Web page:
I am going to be unashamedly unoriginal and write about the obvious – which happens to be one one of my annual favourites – asparagus.
We live in one of the country’s best asparagus growing regions and here at the Café and Bistro we like to show our love of the local spears by putting them on the menu every single day throughout their all too brief 5-6 week period of being “en primeur”. Once the season comes to and end, we feel we have done them proud and are content not to cook with asparagus until next spring. By taking this approach to British fruit and veg, we are able to support our small, local suppliers. We were bemused by the courgette and salad “crisis” earlier this year. Any growing area can be struck down by bad weather and this will inevitably lead to a shortage of produce. Tender salad leaves and courgettes will be coming into season here in the next few months, and that is the time to enjoy them. Nothing matches the superior flavour, texture and nutrient levels of produce which has been recently harvested, as opposed to having spent 48 hours in a chilled lorry, journeying across Europe.
To paraphrase the verbally challenged former POTUS, George W Bush, there is no word for “en primeur” in the English language. Sadly, this also means that there is no real tradition of celebrating the arrival of a new fruit or vegetables the way most other parts of Europe do.
Few British crops deserve to have their arrival on the culinary scene announced by drum rolls and fanfares more than asparagus.
The tender spears can put on up to 30cm growth in a 24-hour cycle, making the brief season a rather stressful period for growers. No sooner has one lot been harvested than new rows of calf-high spears call for attention.
Freshly cooked, new season asparagus have a sweet, yet sharp grassy flavour, unlike any other vegetable. Eaten raw, the flavour is a shock to the taste buds, so identical is it to the taste of freshly shelled green peas. We like the taste of raw asparagus so much that we add shavings whenever we can in our salads, teaming it with tender broad beans, lemon, mint and fresh goats curd.
Different cooking methods will bring out quite different aspects of flavour. What won’t be affected by the cooking method is the immediate and unavoidable effect on bladder content. It takes only one spear to add an unmissable whiff. For those in love with asparagus, it is a well known consequence but nevertheless one which tends to cause a jolt of surprise very single time.
Swiftly moving on to matters more sophisticated, musing on which wine with which to partner ones asparagus is a joy. The go-to grape tends to be Sauvignon Blanc, on account of its high acidity and very similar flavour to asparagus. However, depending on how the spears are cooked, this is far from the only wine choice.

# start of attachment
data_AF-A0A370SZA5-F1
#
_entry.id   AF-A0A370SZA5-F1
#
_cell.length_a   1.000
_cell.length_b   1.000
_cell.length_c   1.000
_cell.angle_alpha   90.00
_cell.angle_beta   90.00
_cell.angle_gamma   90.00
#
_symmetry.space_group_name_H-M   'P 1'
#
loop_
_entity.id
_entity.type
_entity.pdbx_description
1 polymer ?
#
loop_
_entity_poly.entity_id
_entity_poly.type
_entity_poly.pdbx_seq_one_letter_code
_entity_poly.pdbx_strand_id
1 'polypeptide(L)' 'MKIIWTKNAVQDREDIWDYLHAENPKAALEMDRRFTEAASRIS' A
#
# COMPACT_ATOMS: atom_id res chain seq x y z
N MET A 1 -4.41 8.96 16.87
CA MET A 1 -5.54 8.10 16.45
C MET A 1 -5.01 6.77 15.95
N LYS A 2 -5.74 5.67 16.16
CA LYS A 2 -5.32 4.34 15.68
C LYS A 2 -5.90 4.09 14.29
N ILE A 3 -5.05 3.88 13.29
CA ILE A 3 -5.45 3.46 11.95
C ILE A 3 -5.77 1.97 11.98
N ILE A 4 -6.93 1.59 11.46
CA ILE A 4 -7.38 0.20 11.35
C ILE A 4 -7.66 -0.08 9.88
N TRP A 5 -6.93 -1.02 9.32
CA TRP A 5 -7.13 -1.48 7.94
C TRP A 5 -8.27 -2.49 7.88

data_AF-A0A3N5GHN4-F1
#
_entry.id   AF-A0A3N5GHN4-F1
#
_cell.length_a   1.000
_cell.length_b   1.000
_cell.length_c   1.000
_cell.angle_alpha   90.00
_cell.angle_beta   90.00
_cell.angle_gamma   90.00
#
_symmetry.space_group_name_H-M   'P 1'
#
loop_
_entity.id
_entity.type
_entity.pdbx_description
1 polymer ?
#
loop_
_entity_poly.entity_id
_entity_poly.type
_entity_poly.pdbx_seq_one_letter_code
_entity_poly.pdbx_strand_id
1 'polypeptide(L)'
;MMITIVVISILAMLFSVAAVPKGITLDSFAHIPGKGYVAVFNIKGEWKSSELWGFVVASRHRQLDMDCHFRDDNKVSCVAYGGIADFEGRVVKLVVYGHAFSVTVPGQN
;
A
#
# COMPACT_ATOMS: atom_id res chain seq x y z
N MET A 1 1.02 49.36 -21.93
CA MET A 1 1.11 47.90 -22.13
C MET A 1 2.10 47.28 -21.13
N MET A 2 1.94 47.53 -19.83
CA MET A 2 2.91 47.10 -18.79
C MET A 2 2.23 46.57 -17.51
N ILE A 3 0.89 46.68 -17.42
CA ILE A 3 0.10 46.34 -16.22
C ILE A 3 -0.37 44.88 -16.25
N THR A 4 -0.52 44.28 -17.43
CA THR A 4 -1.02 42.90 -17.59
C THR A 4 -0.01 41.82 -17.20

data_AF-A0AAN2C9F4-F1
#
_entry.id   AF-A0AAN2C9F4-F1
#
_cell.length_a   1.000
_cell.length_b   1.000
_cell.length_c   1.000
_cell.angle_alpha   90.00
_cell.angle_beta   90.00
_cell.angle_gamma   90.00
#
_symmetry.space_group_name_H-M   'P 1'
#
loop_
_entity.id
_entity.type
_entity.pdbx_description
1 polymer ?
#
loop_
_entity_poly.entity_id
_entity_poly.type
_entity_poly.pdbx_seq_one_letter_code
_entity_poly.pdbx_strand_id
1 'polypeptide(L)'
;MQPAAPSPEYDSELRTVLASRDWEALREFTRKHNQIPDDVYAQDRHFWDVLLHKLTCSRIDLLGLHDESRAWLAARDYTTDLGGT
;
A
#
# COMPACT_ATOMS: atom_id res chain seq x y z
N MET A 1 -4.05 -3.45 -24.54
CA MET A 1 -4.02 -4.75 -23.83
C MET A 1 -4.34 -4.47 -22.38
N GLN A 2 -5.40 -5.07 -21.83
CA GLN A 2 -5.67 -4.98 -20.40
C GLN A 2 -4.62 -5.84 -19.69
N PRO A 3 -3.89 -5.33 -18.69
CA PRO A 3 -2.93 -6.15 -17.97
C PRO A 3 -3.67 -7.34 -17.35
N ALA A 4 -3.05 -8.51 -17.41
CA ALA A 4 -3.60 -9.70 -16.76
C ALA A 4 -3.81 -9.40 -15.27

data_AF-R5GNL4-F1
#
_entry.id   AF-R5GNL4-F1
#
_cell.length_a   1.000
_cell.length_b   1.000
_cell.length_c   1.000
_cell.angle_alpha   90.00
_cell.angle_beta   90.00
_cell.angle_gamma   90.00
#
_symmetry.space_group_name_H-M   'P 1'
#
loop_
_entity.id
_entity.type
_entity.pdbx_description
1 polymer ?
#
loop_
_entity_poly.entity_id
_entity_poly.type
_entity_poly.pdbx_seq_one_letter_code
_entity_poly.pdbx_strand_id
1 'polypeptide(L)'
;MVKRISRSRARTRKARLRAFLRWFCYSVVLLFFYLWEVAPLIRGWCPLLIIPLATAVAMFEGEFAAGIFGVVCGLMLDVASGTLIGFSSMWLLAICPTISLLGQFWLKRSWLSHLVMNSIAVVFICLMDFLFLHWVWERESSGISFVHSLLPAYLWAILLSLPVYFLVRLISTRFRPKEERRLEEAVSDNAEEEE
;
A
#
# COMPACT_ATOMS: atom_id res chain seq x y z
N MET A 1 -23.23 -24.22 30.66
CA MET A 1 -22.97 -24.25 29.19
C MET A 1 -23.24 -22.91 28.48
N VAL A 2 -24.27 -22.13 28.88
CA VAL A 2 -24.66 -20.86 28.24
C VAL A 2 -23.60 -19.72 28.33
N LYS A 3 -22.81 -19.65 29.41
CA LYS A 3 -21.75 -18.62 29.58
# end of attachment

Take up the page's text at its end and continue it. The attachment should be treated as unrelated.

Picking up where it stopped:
If the spears are served cold, with a white wine vinaigrette, it is important to find a wine which can cope with the extreme acidity yet won’t compete with the delicate flavour of the asparagus. We like to pair asparagus vinaigrette with our house Italian, a clean Verdicchio from our Producer Vignamato in Le Marche. We chose this white from one of our small team of Producer precisely because it makes such a good accompaniment for all things acidic and citrus. We use both liberally it in our salads and our Japanese and Swedish influenced food. The clean, crisp fruit driven Verdicchio is perfect for that.
When matching asparagus with melted butter, egg or mayo, the increased richness welcomes crisp, unoaked Chardonnay such as a good Chablis.
Going the full emollient hog with Hollandaise or soft-boiled or poached eggs to dip the spears in – an oaked Chardonnay from the heart of Bourgogne or even a Champagne is a great match.
We have been busy creating a 5-course menu for our big April Food&Wine event, featuring our partners Suffolk Vineyards. The third tasting dinner in our spring series, this is possibly the most exciting, as we are bringing to Cambridge the artisan house of Fox&Fox from Sussex.
For us it was love at first sight when we were introduced to this small scale “méthode Champenoise” fizz. We are particularly excited about matching their amazing pink, a saigné with added savoury depth from Pinot Noir, as an accompaniment to new season lamb, tender chicken and Italian “Coppa” – similar to Prosciutto, but better, and made not from the ham but fom the collar and, in our case, sourced from our wonderful suppliers of high welfare meat up in Rutland.
With so amuch amazing British produce to enjoy, who needs imported salad leaves?